Do I need acoustic treatment pannels on the CIELING? (exposed beam ) - AVS Forum | Home Theater Discussions And Reviews
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post #1 of 3 Old 08-14-2012, 09:32 PM - Thread Starter
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Hey guys

I understand the concept of using acoustic panels on first reflection points of the speakers ( walls, ground, ceiling ) but I have a situation which is different from basically anyone on here.

My ceiling has been sprayed black. it is all open exposed beam/joist/hvac without any drywall. Now, I have treated my walls/rear wall but have yet to do the ceiling. I am wondering if I even need to do so? I dont have any real measuring tools so see what the sound is doing but my theory is this. Since its not completely flat and dry walled causing the sound to bounce off like a mirror to the listening position, I figured the way it is now is similar to a diffuser. What do you guys think? Any sound headed up in my eyes would just be sent every which way since it has vertical joists every 16"
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post #2 of 3 Old 08-15-2012, 05:55 AM
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How does the room sound to you now? Is the dialog clear? the bass tight? When you walk around the room do you notice any peaks and nulls in the bass? Do you hear a lot of resonances. Are there certain places where you can hear the sound reflecting off of metal duct work?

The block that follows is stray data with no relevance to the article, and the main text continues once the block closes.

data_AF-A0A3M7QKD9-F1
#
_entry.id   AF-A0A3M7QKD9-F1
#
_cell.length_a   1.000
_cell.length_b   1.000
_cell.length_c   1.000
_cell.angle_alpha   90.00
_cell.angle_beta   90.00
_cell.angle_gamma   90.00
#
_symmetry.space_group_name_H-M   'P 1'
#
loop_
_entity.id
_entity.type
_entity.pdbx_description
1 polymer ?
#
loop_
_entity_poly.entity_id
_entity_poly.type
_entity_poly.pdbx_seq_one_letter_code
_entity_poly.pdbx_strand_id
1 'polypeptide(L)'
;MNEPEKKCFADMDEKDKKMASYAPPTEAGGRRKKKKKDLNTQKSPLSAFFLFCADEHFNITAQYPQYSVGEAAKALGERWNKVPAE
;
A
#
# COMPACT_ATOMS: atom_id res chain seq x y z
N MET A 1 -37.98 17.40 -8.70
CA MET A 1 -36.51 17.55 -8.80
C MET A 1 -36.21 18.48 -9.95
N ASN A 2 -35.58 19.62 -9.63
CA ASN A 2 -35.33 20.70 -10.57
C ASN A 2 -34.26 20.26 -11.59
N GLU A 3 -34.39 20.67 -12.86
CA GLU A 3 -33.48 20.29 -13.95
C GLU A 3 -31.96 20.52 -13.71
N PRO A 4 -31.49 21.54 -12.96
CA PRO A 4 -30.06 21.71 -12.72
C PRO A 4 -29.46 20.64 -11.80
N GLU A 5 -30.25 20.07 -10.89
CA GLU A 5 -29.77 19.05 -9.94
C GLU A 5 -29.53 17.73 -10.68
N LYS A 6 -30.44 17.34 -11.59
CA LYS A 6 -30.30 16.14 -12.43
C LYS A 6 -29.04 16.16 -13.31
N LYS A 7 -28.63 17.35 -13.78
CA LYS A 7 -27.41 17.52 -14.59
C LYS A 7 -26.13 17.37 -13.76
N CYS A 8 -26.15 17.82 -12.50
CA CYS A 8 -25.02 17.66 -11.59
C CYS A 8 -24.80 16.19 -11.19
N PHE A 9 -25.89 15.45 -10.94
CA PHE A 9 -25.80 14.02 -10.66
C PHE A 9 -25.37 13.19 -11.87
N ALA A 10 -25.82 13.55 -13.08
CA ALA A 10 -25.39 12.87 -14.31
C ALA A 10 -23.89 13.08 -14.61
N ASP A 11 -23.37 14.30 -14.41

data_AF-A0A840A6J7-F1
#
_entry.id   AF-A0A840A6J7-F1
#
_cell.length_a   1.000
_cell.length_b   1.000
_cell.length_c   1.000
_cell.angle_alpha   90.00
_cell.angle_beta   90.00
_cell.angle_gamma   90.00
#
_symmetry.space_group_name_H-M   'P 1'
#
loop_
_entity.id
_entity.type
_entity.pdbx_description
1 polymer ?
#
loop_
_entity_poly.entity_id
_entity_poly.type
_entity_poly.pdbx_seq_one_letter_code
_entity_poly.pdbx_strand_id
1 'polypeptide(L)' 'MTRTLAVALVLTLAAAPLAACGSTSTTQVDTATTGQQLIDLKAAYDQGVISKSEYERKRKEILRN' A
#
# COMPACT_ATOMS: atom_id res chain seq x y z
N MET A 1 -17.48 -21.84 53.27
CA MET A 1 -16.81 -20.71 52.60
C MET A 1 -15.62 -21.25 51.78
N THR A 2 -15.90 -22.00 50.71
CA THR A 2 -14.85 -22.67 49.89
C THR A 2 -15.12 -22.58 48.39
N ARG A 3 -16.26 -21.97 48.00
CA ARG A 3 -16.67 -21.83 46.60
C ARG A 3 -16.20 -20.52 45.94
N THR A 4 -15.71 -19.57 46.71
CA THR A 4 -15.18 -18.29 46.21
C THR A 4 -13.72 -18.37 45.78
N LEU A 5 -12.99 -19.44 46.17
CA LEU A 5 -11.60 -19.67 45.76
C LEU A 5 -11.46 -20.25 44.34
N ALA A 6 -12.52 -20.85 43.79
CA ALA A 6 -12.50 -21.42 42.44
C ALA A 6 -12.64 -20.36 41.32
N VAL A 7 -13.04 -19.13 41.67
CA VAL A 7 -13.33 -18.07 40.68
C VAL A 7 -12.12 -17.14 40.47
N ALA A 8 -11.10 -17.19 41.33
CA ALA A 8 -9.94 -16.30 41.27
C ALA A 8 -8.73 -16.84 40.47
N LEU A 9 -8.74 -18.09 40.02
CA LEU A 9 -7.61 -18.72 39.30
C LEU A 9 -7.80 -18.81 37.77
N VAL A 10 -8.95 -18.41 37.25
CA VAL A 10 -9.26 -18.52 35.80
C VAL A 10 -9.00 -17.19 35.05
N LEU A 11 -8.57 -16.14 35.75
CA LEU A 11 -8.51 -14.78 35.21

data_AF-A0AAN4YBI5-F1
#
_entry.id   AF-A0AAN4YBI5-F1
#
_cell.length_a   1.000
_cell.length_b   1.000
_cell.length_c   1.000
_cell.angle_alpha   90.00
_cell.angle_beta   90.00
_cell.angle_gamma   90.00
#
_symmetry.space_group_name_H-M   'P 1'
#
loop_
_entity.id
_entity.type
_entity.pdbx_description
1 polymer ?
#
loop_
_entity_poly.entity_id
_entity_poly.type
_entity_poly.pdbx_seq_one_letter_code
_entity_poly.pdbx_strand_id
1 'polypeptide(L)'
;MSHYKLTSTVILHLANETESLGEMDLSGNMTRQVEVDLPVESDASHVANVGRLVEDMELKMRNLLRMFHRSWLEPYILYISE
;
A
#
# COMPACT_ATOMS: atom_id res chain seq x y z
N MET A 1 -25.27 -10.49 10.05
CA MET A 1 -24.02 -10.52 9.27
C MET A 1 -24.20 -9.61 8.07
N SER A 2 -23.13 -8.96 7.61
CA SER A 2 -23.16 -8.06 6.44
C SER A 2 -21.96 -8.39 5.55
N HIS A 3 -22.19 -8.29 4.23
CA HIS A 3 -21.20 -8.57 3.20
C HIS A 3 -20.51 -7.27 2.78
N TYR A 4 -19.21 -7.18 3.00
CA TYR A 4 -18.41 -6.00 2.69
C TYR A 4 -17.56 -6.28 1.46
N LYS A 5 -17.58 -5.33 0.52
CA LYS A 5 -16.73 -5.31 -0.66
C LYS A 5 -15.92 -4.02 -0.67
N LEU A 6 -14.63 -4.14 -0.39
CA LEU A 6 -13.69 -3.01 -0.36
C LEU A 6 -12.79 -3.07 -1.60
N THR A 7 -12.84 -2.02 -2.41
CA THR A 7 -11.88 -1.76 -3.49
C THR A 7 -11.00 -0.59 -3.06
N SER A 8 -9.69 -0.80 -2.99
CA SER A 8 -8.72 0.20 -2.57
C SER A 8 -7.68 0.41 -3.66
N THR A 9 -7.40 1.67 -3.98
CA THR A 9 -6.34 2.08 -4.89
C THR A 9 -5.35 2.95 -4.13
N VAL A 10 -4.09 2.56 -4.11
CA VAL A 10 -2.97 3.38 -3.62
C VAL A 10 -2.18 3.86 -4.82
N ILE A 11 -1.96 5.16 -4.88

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post #3 of 3 Old 08-15-2012, 08:46 AM
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Since it's exposed, and not drywalled, you've got a superb, yet untapped, scenario for bass trapping. If you could install either soft, fluffy insulation, or rigid 703 panels, in the area where a typical ceiling would be, the additional space behind the insulation would make the bass trapping effectiveness very, very high and quite extended into the lower octaves as the extension is a function of the depth and space off the boundary. A well damped room offers a great platform for tighter, well delineated bass response.

That covers the pressure region below the transition. Above the transition high level reflected energy can be problematic, but as you stated, it may be soewhat scattered and possibly decorrelated. Measurments would quickly determine if this is of concern or not.

Good luck

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